Content For Mum’s Book Blast -Saffron and Almond Salmon Kebabs

Prep Time: 10 minutes plus 2 hours for marinating | Cook Time: 15 minutes | Serves: 4 to 6

Ingredients

½ cup whole milk Greek yogurt

½ cup blanched almonds or cashew nuts

1-inch piece fresh peeled ginger

2 green chilies

1 teaspoon saffron strands

¾ teaspoon salt or to taste

2 or 3 mace blades

⅛ teaspoon nutmeg

1½ pounds salmon fillets, cut into 1½-inch pieces

2 tablespoons oil

1 tablespoon chopped fresh dill to garnish (optional)

Preparation

  1. Place the yogurt, almonds or cashews, ginger, green chilies, saffron, salt, mace blades, and nutmeg in a blender and grind until smooth. You will get a pretty saffron-colored thick sauce.
  2. Place the salmon in a mixing bowl and gently toss with the yogurt mixture. Marinate for about 2 hours in the refrigerator.
  3. Pre-heat oven to 350ºF. Grease a baking dish with 1 tablespoon of oil.
  4. Place the salmon pieces with the marinade on the baking dish about 1 inch apart to allow room to pick the cooked pieces up neatly (skewers are optional). Drizzle with the remaining tablespoon of oil.
  5. Bake the salmon for about 10 minutes, then broil for 2 to 3 minutes to gently brown the top (the salmon should have a few golden brown specs, but it is important not to dry it out).
  6. Serve immediately garnished with dill.

 

Blurb

Rinku Bhattacharya combines her two great loves―Indian cooking and sustainable living―to give readers a simple, accessible way to cook seasonally, locally, and flavorfully. Inspired by the bounty of local produce, mostly from her own backyard, Rinku set out to create recipes for busy, time-strapped home cooks who want to blend Indian flavors into nutritious family meals. Arranged in chapters from appetizers through desserts, the cookbook includes everything from small bites, soups, seafood, meat and poultry, and vegetables, to condiments, breads, and sweets. You’ll find recipes for tempting fare like “Mango and Goat Cheese Mini Crisps,” “Roasted Red Pepper Chutney,” “Crisped Okra with Dry Spice Rub,” “Smoky Roasted Eggplant and Tomato Puree,” and “Red Harvest Masala Cornish Hens,” to name a few. As exotic and enticing as these recipes sound, the ingredients are easily found and the instructions are simple. Rinku encourages readers to explore the bounty of their local farms and markets, and embrace the rich flavors of India to cook food that is nutritious, healthy, seasonal and most importantly, delicious.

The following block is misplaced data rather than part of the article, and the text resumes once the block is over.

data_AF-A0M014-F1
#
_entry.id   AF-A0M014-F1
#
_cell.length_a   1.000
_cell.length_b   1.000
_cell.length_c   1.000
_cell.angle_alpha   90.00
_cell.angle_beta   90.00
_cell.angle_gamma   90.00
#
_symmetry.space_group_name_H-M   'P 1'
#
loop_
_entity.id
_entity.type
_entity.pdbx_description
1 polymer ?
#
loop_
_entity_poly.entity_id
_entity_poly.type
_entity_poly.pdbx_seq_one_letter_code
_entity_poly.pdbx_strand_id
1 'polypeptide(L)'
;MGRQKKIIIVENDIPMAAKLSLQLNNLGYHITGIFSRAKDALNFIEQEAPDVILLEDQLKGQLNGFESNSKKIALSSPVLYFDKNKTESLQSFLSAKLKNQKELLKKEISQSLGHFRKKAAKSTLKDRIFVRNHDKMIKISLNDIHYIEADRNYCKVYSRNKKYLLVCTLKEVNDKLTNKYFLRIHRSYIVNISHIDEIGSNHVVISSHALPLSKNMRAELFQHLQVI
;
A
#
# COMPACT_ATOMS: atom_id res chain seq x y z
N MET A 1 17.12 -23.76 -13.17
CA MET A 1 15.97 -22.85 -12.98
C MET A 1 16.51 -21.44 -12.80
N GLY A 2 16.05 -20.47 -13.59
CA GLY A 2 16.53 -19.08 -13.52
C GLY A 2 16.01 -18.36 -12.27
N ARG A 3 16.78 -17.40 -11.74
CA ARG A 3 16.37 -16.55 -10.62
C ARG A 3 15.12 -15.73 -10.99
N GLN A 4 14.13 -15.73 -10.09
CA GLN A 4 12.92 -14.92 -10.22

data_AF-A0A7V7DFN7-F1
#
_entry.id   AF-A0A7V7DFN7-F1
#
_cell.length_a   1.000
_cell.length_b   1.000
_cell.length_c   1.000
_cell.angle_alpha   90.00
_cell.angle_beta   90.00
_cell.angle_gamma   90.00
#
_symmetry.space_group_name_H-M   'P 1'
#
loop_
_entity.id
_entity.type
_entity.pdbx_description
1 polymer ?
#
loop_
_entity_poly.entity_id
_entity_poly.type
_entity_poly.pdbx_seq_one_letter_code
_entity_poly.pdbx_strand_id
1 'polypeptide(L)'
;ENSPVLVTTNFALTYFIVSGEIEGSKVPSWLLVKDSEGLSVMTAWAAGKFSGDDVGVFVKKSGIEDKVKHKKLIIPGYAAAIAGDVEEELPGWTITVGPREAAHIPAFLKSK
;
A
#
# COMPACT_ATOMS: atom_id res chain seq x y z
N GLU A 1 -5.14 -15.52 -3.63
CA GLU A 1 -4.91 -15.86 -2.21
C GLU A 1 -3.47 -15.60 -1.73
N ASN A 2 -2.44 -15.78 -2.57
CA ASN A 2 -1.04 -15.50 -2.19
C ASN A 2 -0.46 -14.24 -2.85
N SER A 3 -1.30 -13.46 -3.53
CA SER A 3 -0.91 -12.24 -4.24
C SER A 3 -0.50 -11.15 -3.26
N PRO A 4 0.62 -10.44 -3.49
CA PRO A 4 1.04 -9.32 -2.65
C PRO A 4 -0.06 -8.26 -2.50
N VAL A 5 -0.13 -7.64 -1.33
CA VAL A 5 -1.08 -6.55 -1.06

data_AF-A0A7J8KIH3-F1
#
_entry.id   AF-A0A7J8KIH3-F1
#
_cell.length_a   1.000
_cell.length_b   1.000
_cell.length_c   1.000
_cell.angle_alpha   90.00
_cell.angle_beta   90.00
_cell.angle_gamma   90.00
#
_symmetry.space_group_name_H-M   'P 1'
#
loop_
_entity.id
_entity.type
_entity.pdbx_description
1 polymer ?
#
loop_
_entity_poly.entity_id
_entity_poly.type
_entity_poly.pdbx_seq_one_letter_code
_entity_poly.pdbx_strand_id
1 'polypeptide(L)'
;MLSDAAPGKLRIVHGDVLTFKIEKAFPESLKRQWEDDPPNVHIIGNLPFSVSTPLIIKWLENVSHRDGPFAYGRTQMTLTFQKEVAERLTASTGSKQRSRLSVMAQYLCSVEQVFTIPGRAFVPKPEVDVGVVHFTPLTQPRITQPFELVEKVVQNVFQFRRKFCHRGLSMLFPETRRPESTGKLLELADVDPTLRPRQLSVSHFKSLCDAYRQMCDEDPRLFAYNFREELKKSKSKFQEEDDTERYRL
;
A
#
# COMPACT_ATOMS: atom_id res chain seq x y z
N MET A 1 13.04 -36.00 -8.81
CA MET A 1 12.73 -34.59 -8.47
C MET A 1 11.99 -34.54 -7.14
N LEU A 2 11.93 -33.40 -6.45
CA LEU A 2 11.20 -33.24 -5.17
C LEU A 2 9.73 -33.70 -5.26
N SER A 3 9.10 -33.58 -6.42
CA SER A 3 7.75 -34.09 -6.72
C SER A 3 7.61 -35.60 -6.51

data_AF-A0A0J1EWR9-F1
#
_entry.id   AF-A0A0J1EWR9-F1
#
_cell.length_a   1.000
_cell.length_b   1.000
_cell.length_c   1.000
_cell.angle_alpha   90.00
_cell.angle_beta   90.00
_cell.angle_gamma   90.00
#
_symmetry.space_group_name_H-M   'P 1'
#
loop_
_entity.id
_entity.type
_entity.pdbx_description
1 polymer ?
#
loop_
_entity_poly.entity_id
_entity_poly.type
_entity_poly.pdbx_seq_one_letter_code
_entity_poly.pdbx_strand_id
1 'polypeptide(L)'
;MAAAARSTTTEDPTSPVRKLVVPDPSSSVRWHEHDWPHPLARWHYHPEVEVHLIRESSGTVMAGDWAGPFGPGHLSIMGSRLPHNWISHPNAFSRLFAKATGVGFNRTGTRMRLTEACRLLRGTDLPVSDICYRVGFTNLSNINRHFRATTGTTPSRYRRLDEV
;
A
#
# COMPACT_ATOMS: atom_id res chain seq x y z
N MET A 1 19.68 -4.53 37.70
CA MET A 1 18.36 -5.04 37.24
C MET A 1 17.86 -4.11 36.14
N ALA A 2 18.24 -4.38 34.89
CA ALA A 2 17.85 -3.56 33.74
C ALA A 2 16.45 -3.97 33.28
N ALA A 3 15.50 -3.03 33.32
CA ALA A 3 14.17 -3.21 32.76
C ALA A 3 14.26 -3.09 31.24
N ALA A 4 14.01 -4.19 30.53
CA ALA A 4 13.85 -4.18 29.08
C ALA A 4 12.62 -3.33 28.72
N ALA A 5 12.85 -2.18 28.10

About Rinku Bhattacharya

Rinku Bhattacharya (spicechronicles.com) was born in India, and now lives in a house with a vibrant backyard in Hudson Valley, New York with her husband, an avid gardener, and their two children. Rinku’s simple, sustainable approach to Indian cooking is showcased on her blog, Spice Chronicles, and in her Journal News column “Spices and Seasons.”

Rinku has been teaching recreational cooking classes for the past nine years, and works extensively with local area farmer’s markets on seasonal demonstrations and discussions. Rinku is also the author of The Bengali Five Spice Chronicles (Hippocrene Books, 2012), winner of the Gourmand World Cookbook Awards 2013 for Best Indian Cuisine. She writes for the Poughkeepsie Journal, the Journal News, and several online sites, and is a frequent guest on CT Style TV.

https://twitter.com/Wchestermasala

https://www.instagram.com/spice_chronicles/

https://www.pinterest.co.uk/rinkub/?autologin=true

https://www.facebook.com/spicechronicles

 

Purchase Links

US – https://www.amazon.com/Spices-Seasons-Simple-Sustainable-Flavors/dp/078181331X

UK – https://www.amazon.co.uk/Spices-Seasons-Simple-Sustainable-Flavors/dp/078181331X